There are as many ways to mic a piano as there are types of pianos. For that reason, it’s important to think about what type of sound you want to achieve when recording. Even a grand piano can yield a variety of sounds depending on mic selection and placement.
For example, a pair of small diaphragm condensers like [Neumann] KM84s placed directly over the hammers on the piano will give you more attack – ideal perhaps for faster tempos in pop or more contemporary songs.
If it’s a slower tempo song and you’re looking for a warmer sound, I always go for some tube mics or large diaphragm condensers and put them over the strings.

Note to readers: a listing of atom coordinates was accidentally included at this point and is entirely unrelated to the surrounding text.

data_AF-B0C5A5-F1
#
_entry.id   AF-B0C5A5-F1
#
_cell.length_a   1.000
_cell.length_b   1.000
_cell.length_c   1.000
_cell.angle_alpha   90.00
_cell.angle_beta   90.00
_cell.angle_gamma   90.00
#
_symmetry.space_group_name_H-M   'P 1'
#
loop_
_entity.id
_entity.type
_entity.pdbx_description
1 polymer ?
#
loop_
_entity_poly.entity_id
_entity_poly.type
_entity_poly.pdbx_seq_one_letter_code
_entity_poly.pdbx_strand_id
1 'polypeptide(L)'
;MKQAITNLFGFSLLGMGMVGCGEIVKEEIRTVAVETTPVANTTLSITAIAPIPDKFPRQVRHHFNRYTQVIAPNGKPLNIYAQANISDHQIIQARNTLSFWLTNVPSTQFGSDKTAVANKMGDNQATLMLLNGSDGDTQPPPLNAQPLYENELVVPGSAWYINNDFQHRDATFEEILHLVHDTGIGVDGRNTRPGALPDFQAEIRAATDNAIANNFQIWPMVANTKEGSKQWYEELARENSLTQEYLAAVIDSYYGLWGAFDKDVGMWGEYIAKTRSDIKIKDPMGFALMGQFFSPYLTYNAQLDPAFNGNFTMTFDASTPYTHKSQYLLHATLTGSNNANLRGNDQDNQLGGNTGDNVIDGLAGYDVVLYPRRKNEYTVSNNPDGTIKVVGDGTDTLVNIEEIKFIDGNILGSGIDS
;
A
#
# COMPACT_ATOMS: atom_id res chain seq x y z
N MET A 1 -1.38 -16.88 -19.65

There’s also the idea of how you pan the mics relative to their placement. Sometimes you want a stereo sound on the piano, which the KM84s are really good for, and sometimes you want a warmer sound that kind of surrounds you and isn’t as rigidly left/right, in which case you may want to add some room mics or pull the mics further back to get a more overall picture of the piano.
Imagine the microphones are your ears; what are they closest to? Which part of the piano are they going to pick up? Is it a very close and detailed thing, or is it a further back, surround type of thing? It’s all about what serves the song best.
As the head engineer at Metalworks Studios in Mississauga, ON, Kevin Dietz has worked as an engineer on albums by The Cranberries, Alexisonfire, Silverchair, Bachman-Cummings, and many others. He can be reached at